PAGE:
anonymous
          Guest

          There are ways for exploits in WPA2 since 2017. This is why WiFi is not secure.
          Read this article for info how one of 5 current ways to bypass WPA2 since 2018. The other four ways have not been public post at the moment.
          New Wi-Fi attack cracks WPA2 passwords with ease

          • #2317957
            ve2mrx
            AskWoody Plus

            If you are referring to the “KRACK” vulnerability, it’s been fixed by a combination of  device drivers and router firmware. If you kept your devices up to date and they got an update in 2018 or newer, it’s protected against KRACK.

            Maybe there is a newer one?

            Martin

            1 user thanked author for this post.
      • #2317827
        anonymous
        Guest

        This was many years ago, but I had a client with a pair manufacturing properties connected to the Internet with Comcast Business Internet service (Internet) modems, and about a mile between them – they even had the same Internet CO, so 3 hops between sites.  The firewalls on each side had a couple of VPN tunnels through them for data and telecom system connections between the sites.  We discovered quickly that every week, on Friday afternoon, we had to reboot the modems.  If we didn’t reboot the modems, the Internet would slow, and eventually the tunnels would go down – sometime over the weekend – and affect business on Monday morning.  One side (the larger/busier side) would usually go down first.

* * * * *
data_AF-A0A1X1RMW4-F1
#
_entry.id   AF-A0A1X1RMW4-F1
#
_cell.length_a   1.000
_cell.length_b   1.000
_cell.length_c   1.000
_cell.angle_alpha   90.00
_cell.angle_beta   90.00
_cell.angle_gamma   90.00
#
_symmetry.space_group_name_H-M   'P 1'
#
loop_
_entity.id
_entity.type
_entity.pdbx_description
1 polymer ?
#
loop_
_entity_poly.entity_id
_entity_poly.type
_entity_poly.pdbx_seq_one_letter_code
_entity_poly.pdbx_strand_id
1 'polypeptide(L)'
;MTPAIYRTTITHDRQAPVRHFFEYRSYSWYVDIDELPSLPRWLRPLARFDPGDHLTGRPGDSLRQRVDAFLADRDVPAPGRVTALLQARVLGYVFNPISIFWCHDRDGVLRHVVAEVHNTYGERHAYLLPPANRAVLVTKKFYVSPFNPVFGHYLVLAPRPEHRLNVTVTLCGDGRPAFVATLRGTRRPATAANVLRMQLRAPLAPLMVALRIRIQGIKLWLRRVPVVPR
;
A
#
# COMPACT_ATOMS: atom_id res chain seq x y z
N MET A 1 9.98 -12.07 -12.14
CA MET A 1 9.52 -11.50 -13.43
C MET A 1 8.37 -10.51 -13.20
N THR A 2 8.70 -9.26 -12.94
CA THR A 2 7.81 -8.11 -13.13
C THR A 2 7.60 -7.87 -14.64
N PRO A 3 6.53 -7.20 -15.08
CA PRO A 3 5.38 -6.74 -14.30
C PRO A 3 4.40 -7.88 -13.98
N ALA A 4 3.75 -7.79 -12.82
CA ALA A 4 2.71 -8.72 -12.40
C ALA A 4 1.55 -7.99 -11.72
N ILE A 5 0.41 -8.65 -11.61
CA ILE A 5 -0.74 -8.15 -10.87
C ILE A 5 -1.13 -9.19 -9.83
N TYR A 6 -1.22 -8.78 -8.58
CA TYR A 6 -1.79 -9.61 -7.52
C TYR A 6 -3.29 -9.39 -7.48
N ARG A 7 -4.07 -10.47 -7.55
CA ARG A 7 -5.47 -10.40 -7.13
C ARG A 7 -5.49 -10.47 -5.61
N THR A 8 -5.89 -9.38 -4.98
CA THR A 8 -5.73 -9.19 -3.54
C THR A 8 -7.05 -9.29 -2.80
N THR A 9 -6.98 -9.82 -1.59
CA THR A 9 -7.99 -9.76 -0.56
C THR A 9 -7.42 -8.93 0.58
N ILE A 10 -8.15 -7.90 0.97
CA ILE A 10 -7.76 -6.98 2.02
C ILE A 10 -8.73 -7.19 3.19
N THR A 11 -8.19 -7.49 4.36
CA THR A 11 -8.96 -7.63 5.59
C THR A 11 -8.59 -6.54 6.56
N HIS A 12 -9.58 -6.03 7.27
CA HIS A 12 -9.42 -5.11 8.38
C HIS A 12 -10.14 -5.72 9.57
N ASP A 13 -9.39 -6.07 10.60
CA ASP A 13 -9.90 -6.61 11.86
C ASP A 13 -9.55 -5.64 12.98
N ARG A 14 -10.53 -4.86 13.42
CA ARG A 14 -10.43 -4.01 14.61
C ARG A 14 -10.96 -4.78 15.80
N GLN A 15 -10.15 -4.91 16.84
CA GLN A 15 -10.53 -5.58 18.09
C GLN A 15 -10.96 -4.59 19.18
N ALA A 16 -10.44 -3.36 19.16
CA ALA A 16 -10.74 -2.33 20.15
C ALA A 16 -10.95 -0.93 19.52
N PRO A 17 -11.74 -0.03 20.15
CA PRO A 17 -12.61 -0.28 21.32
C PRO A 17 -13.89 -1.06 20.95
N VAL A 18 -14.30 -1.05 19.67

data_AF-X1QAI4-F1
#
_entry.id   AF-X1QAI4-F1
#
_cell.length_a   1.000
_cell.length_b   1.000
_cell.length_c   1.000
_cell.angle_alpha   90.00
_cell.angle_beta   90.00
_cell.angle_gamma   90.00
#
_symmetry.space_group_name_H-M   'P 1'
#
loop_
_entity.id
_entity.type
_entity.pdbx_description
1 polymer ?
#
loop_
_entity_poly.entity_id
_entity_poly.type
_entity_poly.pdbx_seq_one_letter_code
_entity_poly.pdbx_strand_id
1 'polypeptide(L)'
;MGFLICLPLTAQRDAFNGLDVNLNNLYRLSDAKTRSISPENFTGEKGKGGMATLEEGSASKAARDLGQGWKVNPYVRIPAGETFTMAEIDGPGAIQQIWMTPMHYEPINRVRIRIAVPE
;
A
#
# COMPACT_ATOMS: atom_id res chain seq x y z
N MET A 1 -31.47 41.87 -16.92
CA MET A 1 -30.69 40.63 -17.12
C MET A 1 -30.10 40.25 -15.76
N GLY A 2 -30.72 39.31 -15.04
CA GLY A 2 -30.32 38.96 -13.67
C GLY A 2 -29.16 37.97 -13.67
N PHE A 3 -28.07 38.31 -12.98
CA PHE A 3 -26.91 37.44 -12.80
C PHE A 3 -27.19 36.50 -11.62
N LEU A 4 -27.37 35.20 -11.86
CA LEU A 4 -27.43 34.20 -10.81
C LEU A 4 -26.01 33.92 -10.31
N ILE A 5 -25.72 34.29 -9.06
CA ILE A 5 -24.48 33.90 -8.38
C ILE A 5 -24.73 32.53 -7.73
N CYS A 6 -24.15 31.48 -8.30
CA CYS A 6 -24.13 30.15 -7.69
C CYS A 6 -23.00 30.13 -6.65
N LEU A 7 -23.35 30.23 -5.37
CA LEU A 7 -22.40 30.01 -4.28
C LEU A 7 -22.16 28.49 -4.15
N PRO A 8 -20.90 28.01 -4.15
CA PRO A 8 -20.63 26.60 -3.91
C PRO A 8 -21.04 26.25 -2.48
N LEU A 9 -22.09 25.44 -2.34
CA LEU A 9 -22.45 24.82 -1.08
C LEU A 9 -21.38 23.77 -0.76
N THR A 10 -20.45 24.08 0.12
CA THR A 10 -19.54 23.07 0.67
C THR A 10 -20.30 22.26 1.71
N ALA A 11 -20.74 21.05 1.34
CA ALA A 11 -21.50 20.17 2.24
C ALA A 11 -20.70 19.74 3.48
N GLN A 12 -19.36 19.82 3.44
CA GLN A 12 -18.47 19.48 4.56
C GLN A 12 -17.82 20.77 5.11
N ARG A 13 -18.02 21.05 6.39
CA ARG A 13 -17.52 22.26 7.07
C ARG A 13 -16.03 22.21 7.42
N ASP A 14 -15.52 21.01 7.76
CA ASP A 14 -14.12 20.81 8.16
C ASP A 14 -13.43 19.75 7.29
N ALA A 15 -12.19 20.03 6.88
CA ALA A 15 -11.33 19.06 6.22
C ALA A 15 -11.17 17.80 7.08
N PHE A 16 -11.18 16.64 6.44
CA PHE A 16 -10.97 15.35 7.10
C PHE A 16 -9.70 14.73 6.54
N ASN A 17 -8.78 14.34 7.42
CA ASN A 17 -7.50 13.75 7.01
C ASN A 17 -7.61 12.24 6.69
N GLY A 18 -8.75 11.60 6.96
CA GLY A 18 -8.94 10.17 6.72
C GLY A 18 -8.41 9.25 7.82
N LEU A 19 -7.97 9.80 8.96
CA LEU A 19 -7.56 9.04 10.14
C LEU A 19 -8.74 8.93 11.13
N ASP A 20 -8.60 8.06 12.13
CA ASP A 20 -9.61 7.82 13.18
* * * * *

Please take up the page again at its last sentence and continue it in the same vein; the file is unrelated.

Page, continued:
Let’s say I don’t have this kind of problem with ‘real’ Business or Enterprise class service providers.

      • #2319132
        anonymous
        Guest

        Hi Susan,

        After reading the article I was intrigued that you have a router in front of your Comcast modem (I have ATT).

        I was wondering what you have in front of your router and why.

        Thanks,
        Lance O

        • #2319142
          Paul T
          AskWoody MVP

          I run my own router after my ISP supplied unit. This allows me to isolate my equipment from ISP supplied bits and have a guest network for IoT things. It’s all about security and control for me.

          cheers, Paul